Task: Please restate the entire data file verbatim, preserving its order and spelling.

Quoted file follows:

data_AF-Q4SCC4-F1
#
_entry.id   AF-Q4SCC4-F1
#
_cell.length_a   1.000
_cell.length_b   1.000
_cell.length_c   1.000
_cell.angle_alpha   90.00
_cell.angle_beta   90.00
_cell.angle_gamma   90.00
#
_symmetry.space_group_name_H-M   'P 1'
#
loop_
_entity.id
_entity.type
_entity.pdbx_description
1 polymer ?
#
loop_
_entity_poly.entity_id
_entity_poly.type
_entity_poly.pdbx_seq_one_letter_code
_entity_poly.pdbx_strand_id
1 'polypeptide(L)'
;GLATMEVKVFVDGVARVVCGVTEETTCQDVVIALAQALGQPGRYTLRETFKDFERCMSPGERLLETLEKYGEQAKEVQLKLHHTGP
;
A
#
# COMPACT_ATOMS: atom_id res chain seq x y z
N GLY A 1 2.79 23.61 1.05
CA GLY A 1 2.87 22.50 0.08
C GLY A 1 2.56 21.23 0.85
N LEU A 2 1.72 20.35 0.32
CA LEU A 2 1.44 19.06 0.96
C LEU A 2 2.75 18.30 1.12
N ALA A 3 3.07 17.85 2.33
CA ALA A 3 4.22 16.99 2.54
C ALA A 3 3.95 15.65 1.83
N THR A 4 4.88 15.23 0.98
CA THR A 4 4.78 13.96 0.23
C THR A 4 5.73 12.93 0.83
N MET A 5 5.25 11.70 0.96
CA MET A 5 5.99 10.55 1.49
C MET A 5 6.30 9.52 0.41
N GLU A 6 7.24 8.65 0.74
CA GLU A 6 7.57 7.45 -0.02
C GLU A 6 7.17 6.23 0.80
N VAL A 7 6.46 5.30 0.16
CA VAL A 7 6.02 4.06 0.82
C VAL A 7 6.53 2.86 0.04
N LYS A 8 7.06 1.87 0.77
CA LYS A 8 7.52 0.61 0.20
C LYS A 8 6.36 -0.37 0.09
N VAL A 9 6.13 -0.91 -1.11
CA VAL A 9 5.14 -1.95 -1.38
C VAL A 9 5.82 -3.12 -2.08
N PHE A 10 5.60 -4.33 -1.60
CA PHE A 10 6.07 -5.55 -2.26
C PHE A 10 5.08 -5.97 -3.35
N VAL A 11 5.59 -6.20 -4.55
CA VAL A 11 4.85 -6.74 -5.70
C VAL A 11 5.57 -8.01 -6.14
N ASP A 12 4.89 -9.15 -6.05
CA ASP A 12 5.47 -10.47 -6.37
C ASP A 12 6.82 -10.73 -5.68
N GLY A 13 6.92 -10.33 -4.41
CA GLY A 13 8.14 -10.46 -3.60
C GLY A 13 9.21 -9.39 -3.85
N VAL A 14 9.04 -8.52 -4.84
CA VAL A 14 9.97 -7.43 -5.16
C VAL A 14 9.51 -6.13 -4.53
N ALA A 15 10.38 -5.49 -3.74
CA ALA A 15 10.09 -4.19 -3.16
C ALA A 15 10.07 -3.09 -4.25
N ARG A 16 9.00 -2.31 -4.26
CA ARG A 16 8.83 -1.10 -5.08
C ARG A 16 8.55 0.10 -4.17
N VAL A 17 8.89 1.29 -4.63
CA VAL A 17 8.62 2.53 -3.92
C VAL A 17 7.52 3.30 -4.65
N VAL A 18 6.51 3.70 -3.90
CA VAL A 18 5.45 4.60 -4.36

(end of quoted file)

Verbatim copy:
data_AF-Q4SCC4-F1
#
_entry.id   AF-Q4SCC4-F1
#
_cell.length_a   1.000
_cell.length_b   1.000
_cell.length_c   1.000
_cell.angle_alpha   90.00
_cell.angle_beta   90.00
_cell.angle_gamma   90.00
#
_symmetry.space_group_name_H-M   'P 1'
#
loop_
_entity.id
_entity.type
_entity.pdbx_description
1 polymer ?
#
loop_
_entity_poly.entity_id
_entity_poly.type
_entity_poly.pdbx_seq_one_letter_code
_entity_poly.pdbx_strand_id
1 'polypeptide(L)'
;GLATMEVKVFVDGVARVVCGVTEETTCQDVVIALAQALGQPGRYTLRETFKDFERCMSPGERLLETLEKYGEQAKEVQLKLHHTGP
;
A
#
# COMPACT_ATOMS: atom_id res chain seq x y z
N GLY A 1 2.79 23.61 1.05
CA GLY A 1 2.87 22.50 0.08
C GLY A 1 2.56 21.23 0.85
N LEU A 2 1.72 20.35 0.32
CA LEU A 2 1.44 19.06 0.96
C LEU A 2 2.75 18.30 1.12
N ALA A 3 3.07 17.85 2.33
CA ALA A 3 4.22 16.99 2.54
C ALA A 3 3.95 15.65 1.83
N THR A 4 4.88 15.23 0.98
CA THR A 4 4.78 13.96 0.23
C THR A 4 5.73 12.93 0.83
N MET A 5 5.25 11.70 0.96
CA MET A 5 5.99 10.55 1.49
C MET A 5 6.30 9.52 0.41
N GLU A 6 7.24 8.65 0.74
CA GLU A 6 7.57 7.45 -0.02
C GLU A 6 7.17 6.23 0.80
N VAL A 7 6.46 5.30 0.16
CA VAL A 7 6.02 4.06 0.82
C VAL A 7 6.53 2.86 0.04
N LYS A 8 7.06 1.87 0.77
CA LYS A 8 7.52 0.61 0.20
C LYS A 8 6.36 -0.37 0.09
N VAL A 9 6.13 -0.91 -1.11
CA VAL A 9 5.14 -1.95 -1.38
C VAL A 9 5.82 -3.12 -2.08
N PHE A 10 5.60 -4.33 -1.60
CA PHE A 10 6.07 -5.55 -2.26
C PHE A 10 5.08 -5.97 -3.35
N VAL A 11 5.59 -6.20 -4.55
CA VAL A 11 4.85 -6.74 -5.70
C VAL A 11 5.57 -8.01 -6.14
N ASP A 12 4.89 -9.15 -6.05
CA ASP A 12 5.47 -10.47 -6.37
C ASP A 12 6.82 -10.73 -5.68
N GLY A 13 6.92 -10.33 -4.41
CA GLY A 13 8.14 -10.46 -3.60
C GLY A 13 9.21 -9.39 -3.85
N VAL A 14 9.04 -8.52 -4.84
CA VAL A 14 9.97 -7.43 -5.16
C VAL A 14 9.51 -6.13 -4.53
N ALA A 15 10.38 -5.49 -3.74
CA ALA A 15 10.09 -4.19 -3.16
C ALA A 15 10.07 -3.09 -4.25
N ARG A 16 9.00 -2.31 -4.26
CA ARG A 16 8.83 -1.10 -5.08
C ARG A 16 8.55 0.10 -4.17
N VAL A 17 8.89 1.29 -4.63
CA VAL A 17 8.62 2.53 -3.92
C VAL A 17 7.52 3.30 -4.65
N VAL A 18 6.51 3.70 -3.90
CA VAL A 18 5.45 4.60 -4.36